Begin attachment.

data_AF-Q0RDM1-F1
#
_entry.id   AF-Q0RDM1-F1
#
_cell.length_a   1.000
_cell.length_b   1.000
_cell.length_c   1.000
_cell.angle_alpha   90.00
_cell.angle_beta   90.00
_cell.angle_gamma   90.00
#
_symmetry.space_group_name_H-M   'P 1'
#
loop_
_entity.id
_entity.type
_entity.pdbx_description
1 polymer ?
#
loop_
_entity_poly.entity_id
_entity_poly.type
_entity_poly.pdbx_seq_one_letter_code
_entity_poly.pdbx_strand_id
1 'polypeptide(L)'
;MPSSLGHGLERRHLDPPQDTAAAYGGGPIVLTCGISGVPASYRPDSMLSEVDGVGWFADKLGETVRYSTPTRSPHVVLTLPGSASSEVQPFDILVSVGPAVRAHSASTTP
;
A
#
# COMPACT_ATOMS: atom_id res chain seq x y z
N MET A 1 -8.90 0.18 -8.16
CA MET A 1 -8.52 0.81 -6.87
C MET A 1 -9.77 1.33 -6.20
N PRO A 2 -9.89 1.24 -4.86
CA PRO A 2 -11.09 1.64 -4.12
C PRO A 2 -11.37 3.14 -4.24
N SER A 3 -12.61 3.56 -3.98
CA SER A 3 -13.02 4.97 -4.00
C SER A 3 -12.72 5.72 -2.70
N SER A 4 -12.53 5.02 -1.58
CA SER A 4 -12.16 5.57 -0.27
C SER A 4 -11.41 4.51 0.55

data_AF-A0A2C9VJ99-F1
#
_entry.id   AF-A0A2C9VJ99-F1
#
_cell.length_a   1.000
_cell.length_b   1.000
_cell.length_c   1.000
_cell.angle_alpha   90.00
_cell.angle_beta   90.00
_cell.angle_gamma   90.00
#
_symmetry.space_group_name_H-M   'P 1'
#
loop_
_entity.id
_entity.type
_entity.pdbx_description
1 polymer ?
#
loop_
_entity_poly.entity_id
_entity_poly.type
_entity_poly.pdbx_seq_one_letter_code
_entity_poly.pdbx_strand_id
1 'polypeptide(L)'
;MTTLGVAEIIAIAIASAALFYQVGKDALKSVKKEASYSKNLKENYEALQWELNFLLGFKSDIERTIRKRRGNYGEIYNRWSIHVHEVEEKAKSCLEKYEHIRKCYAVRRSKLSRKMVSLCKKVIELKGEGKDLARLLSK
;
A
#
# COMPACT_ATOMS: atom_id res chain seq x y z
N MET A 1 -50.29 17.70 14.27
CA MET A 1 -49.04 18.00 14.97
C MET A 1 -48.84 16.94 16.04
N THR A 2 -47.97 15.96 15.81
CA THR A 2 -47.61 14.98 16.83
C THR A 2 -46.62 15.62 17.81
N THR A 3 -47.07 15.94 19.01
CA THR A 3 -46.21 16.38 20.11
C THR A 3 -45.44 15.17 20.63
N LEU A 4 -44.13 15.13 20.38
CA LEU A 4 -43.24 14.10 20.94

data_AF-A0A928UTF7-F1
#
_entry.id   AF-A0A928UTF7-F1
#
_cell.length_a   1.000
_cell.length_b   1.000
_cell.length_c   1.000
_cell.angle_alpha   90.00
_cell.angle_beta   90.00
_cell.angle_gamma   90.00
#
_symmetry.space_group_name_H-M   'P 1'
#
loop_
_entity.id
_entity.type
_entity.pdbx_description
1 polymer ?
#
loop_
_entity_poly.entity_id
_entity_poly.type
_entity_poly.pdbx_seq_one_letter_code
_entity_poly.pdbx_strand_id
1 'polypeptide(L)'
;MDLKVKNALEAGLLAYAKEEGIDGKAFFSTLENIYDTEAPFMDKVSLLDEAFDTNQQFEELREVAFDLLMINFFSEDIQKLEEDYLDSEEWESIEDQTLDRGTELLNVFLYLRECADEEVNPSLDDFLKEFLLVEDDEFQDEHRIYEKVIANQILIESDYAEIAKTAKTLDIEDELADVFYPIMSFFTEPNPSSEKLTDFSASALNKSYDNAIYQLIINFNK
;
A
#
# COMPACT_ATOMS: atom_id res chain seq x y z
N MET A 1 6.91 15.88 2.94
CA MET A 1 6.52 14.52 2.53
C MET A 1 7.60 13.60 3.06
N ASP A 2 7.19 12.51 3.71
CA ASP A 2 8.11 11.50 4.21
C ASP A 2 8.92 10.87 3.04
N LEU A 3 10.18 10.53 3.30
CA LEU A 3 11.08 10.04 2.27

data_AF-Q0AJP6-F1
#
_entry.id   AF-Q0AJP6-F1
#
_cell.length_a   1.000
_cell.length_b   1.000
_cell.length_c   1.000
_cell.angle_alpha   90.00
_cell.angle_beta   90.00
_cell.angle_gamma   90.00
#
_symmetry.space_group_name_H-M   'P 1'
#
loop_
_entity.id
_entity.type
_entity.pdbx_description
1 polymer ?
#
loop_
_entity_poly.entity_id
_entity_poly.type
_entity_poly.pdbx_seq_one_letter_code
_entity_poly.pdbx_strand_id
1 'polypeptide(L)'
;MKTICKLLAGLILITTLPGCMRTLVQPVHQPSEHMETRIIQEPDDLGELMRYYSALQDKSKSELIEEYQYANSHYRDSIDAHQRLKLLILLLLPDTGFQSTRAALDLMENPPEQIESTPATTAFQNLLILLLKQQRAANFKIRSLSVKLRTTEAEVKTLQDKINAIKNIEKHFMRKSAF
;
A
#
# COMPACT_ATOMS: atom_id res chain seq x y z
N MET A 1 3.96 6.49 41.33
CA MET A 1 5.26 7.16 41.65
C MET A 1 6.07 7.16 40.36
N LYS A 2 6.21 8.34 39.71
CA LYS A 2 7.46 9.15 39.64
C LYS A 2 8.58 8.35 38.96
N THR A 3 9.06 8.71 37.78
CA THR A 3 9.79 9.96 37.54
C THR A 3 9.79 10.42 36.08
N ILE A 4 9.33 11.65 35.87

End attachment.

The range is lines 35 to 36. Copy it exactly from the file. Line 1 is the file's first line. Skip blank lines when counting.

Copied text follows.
CA PRO A 2 -11.09 1.64 -4.12
C PRO A 2 -11.37 3.14 -4.24